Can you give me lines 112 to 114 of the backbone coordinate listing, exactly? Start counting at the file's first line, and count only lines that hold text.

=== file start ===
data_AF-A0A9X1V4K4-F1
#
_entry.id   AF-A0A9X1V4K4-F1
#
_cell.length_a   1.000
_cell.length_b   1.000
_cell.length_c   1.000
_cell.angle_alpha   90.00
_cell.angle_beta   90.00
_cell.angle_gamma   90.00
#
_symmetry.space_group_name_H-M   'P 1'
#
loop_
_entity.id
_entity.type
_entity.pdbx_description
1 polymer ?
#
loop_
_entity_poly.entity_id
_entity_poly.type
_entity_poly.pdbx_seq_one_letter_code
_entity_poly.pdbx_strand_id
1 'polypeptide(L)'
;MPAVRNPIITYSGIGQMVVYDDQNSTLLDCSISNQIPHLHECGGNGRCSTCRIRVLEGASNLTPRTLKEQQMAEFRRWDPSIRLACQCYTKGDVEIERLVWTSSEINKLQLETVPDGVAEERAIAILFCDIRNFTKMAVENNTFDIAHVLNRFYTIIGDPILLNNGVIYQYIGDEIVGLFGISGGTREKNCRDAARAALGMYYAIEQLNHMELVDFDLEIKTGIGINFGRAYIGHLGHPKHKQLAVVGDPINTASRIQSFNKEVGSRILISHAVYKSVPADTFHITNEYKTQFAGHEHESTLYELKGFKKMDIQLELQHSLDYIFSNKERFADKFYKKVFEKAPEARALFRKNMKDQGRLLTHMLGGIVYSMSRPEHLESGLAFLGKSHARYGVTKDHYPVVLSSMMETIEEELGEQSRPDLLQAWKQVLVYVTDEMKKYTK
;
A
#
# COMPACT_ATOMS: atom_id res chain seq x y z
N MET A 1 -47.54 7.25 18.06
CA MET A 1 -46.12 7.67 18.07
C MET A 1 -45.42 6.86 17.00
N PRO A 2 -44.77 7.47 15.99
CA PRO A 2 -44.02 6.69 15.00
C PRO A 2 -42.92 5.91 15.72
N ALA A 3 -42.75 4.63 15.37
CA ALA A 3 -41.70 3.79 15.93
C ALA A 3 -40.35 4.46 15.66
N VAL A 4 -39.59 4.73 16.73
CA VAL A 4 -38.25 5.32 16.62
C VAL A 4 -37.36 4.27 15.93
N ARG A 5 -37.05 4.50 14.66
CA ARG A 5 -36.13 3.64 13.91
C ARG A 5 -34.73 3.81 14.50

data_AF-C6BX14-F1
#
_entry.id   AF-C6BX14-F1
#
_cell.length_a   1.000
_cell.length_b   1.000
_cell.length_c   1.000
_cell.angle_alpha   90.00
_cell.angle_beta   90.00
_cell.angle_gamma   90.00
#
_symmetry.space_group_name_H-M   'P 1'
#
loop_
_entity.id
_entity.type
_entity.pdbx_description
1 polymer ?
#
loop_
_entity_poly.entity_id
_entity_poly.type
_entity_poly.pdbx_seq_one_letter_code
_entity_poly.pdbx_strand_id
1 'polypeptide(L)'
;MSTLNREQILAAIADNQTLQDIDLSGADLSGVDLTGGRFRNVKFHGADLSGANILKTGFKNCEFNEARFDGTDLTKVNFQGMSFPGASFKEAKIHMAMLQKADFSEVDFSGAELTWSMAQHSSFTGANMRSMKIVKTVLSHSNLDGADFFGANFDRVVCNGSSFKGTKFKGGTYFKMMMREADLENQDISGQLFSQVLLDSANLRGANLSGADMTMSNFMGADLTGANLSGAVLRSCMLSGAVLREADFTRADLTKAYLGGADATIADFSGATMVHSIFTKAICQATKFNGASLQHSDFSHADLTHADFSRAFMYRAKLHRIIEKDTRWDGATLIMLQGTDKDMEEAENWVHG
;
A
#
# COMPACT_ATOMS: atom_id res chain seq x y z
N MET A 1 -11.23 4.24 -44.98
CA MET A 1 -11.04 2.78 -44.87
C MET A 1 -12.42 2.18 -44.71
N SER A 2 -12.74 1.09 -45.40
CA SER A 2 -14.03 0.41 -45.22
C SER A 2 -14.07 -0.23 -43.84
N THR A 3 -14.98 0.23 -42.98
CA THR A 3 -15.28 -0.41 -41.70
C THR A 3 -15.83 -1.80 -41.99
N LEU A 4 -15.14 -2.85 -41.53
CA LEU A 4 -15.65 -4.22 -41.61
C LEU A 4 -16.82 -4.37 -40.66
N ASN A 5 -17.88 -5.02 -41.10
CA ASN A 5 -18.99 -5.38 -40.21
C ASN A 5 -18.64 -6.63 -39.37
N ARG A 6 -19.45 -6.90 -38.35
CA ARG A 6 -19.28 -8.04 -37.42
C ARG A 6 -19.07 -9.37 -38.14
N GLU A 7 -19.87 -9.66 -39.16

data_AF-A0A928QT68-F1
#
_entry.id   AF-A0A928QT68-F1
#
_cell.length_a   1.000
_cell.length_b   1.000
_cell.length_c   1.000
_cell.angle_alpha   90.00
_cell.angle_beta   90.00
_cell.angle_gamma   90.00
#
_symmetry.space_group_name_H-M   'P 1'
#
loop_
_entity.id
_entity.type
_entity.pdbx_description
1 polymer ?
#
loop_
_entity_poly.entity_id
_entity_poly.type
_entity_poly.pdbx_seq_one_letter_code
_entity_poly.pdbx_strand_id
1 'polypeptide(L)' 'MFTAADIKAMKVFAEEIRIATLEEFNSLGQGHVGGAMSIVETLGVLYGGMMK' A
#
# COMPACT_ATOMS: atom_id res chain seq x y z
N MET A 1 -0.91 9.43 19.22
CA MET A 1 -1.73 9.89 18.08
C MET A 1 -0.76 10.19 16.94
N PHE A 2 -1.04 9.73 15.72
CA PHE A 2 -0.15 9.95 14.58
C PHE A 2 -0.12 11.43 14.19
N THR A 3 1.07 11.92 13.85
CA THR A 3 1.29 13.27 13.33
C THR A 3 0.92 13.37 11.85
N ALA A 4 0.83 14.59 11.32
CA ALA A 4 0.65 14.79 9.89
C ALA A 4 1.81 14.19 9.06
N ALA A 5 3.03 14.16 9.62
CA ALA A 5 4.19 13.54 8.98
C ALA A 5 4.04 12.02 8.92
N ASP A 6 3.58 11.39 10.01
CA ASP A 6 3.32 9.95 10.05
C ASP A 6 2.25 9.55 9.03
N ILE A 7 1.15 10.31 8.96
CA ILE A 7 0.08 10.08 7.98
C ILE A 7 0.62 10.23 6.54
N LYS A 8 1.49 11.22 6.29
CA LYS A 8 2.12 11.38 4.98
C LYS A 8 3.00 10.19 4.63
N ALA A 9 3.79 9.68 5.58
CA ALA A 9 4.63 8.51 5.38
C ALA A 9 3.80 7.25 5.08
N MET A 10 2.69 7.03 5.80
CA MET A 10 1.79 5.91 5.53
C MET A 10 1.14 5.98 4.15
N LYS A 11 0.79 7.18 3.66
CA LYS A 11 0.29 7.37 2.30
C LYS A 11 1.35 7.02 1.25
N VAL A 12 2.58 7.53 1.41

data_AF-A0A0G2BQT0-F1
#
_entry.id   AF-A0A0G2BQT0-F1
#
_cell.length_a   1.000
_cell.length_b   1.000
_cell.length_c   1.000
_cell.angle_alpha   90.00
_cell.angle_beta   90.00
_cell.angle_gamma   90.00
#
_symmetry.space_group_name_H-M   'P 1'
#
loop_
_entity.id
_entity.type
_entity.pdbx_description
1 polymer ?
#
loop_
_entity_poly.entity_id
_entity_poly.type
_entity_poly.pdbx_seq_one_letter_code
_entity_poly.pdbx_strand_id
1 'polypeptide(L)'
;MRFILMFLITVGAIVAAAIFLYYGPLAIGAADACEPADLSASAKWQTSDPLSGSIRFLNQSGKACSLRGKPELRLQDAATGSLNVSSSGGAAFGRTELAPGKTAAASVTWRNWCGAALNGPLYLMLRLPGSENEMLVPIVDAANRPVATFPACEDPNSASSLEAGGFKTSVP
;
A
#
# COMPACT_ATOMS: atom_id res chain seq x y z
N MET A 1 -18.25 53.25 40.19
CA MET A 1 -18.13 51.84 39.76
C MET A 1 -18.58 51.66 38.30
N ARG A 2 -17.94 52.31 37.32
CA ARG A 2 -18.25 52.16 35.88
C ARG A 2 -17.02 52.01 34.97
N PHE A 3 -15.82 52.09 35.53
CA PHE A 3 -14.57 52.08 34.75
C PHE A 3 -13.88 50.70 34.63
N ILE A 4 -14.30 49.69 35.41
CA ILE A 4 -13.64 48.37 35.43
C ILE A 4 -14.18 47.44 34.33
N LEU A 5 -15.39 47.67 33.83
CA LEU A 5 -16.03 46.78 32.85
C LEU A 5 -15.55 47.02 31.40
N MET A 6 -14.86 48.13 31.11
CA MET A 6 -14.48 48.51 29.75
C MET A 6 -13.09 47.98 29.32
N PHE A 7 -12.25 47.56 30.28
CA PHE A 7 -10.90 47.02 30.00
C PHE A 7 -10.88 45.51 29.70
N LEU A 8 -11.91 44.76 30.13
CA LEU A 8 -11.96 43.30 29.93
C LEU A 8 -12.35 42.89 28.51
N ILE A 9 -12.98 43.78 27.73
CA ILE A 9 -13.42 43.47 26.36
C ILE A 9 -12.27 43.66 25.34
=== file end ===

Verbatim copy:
1 polymer ?
#
loop_